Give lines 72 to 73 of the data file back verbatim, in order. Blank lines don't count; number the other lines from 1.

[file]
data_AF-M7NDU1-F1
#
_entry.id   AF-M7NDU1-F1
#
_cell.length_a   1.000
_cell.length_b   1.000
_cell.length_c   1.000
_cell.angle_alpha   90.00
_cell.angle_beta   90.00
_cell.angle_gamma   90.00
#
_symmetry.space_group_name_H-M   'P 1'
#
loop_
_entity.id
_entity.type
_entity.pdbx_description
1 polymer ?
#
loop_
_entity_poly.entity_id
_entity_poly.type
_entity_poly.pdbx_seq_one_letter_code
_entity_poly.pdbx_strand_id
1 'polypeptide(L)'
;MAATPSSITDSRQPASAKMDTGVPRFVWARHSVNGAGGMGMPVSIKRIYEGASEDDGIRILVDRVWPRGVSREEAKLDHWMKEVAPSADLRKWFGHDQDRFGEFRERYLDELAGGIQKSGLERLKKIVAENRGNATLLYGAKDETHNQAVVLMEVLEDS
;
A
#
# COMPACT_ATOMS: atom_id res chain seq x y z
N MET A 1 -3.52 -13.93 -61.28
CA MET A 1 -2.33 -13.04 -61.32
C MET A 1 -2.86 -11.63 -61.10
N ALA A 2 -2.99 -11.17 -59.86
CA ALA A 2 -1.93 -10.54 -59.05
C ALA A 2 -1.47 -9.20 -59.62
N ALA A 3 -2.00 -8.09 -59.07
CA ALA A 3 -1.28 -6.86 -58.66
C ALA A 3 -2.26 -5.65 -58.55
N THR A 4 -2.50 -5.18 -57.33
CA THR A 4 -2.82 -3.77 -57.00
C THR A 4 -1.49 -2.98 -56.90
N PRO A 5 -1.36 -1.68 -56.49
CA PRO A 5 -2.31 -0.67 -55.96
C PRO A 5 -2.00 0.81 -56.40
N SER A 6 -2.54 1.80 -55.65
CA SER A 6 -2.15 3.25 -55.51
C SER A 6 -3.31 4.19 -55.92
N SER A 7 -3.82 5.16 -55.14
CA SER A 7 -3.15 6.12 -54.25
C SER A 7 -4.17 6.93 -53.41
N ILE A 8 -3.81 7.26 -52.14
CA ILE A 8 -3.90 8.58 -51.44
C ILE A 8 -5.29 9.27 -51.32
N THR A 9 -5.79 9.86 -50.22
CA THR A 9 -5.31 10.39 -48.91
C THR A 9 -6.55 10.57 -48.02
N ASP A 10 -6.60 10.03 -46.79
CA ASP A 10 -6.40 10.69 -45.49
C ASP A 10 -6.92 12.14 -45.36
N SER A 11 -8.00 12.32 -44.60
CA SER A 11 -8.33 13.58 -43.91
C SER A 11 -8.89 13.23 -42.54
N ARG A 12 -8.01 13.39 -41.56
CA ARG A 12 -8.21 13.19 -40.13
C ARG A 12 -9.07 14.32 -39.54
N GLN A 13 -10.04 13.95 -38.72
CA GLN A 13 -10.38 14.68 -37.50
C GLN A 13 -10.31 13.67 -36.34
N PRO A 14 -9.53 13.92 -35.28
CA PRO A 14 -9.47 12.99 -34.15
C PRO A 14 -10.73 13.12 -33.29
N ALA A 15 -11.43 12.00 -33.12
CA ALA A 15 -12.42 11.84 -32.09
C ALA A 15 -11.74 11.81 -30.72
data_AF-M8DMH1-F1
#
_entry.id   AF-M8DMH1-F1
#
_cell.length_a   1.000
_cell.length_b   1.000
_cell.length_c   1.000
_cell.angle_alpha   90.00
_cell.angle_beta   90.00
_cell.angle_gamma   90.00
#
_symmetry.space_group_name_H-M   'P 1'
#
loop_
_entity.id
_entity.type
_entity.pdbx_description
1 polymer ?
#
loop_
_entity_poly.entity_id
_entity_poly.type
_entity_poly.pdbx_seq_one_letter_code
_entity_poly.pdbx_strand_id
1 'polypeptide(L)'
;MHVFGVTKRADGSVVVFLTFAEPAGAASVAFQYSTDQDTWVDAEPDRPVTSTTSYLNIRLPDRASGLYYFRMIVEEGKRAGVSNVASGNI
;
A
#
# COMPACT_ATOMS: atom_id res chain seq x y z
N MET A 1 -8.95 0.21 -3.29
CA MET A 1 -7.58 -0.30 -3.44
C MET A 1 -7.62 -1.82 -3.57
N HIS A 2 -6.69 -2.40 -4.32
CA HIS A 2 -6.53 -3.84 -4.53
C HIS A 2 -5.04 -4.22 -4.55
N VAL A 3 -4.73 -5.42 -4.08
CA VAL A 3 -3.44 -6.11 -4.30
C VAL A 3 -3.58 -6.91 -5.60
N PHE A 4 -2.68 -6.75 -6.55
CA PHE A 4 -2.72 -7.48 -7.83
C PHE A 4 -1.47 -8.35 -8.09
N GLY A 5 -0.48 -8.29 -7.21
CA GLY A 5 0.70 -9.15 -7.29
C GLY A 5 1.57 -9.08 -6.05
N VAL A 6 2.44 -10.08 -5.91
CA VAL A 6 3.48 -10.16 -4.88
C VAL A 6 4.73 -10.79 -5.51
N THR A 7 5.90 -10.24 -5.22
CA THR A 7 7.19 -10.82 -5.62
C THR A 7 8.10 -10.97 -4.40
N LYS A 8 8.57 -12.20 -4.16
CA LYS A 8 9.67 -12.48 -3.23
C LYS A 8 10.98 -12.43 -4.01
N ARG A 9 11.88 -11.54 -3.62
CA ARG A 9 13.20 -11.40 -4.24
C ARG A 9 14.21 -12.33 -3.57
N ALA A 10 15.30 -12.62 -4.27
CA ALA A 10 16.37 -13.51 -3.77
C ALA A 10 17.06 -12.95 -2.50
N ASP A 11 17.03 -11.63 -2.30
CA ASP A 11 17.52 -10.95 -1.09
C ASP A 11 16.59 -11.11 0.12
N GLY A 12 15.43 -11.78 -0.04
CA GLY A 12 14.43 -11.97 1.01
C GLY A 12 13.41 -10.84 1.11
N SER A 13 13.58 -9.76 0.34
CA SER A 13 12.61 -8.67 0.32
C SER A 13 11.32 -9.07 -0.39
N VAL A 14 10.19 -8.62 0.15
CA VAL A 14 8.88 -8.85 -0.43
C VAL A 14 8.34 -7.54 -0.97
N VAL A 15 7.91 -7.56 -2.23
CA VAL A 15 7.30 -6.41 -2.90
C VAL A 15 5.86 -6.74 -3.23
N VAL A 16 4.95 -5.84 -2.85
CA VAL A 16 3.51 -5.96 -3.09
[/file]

C PRO A 14 -10.73 13.12 -33.29
N ALA A 15 -11.43 12.00 -33.12